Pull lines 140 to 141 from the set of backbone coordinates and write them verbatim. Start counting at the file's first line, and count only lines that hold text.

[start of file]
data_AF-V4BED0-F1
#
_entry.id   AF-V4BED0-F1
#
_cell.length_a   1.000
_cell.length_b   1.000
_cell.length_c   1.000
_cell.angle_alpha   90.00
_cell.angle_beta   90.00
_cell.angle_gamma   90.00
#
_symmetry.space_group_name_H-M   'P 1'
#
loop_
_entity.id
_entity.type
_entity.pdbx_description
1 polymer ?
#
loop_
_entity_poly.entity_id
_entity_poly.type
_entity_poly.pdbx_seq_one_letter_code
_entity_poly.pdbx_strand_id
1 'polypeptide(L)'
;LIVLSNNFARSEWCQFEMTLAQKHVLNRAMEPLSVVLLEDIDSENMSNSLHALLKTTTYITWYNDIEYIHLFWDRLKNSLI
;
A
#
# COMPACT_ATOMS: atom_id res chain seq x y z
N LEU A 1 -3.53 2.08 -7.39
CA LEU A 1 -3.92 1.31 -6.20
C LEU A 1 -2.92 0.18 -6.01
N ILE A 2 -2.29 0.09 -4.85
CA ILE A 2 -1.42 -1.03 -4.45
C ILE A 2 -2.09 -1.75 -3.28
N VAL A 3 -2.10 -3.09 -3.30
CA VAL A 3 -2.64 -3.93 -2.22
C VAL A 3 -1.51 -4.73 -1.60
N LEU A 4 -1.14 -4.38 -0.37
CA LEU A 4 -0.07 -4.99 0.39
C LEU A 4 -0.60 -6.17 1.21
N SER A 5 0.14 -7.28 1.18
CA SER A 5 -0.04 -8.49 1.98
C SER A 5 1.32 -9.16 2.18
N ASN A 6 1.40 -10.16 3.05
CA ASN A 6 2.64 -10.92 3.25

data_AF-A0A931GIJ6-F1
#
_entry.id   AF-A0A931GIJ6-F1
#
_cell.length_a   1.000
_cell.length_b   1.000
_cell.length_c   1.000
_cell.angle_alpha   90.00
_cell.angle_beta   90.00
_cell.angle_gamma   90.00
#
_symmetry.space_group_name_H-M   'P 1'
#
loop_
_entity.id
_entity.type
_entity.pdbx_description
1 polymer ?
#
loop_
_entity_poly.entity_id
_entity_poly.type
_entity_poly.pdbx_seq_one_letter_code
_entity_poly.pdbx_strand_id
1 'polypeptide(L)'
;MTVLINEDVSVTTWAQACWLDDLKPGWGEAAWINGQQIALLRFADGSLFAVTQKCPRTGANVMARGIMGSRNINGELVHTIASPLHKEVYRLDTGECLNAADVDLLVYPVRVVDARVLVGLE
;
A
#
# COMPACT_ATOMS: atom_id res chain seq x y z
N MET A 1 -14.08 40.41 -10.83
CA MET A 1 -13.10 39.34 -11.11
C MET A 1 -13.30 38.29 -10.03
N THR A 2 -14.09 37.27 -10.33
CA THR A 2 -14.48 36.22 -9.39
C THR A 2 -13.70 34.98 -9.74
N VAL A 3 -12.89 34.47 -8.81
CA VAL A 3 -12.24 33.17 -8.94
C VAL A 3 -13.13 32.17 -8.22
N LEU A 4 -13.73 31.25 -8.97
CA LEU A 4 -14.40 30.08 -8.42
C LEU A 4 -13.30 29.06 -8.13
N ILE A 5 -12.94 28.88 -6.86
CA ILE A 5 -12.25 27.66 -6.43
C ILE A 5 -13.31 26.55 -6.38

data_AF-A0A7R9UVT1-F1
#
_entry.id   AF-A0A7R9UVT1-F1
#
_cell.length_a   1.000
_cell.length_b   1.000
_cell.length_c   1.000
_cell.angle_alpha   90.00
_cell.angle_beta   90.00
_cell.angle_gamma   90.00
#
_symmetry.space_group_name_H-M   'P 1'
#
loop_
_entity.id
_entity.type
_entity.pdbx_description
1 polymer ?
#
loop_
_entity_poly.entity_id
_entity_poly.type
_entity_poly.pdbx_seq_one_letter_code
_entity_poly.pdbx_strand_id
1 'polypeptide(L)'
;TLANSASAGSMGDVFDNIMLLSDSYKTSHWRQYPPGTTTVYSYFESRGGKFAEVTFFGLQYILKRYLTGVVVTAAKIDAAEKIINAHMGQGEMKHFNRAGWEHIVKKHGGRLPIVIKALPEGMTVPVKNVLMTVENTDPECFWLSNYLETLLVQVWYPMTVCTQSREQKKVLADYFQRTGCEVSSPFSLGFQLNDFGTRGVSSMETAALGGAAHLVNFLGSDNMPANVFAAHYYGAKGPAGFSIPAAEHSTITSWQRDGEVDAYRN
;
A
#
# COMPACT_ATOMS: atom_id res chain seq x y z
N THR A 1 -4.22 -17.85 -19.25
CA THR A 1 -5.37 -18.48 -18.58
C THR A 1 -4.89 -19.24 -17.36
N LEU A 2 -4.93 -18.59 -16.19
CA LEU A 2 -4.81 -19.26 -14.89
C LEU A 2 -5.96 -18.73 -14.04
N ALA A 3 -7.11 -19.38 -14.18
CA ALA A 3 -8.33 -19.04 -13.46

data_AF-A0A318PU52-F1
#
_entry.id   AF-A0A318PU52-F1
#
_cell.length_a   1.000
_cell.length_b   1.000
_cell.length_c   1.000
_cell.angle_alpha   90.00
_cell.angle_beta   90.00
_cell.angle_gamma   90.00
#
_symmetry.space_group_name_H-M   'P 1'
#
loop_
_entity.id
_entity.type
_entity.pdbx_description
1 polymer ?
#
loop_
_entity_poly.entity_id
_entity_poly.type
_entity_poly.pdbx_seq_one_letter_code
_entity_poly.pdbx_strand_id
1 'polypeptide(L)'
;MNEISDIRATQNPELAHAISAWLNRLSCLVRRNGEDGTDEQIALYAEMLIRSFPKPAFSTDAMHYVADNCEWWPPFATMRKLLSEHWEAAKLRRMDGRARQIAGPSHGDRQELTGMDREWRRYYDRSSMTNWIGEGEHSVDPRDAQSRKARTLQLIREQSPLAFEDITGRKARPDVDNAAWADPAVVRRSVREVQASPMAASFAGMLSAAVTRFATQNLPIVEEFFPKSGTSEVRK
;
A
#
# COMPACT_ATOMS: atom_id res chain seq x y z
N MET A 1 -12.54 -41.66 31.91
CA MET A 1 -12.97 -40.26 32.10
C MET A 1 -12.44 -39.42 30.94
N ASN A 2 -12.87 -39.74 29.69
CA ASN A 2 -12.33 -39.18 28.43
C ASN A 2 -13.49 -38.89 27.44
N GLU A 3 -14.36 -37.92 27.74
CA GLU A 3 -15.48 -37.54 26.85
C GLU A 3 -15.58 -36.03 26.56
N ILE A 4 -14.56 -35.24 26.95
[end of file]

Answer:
_cell.angle_gamma   90.00
#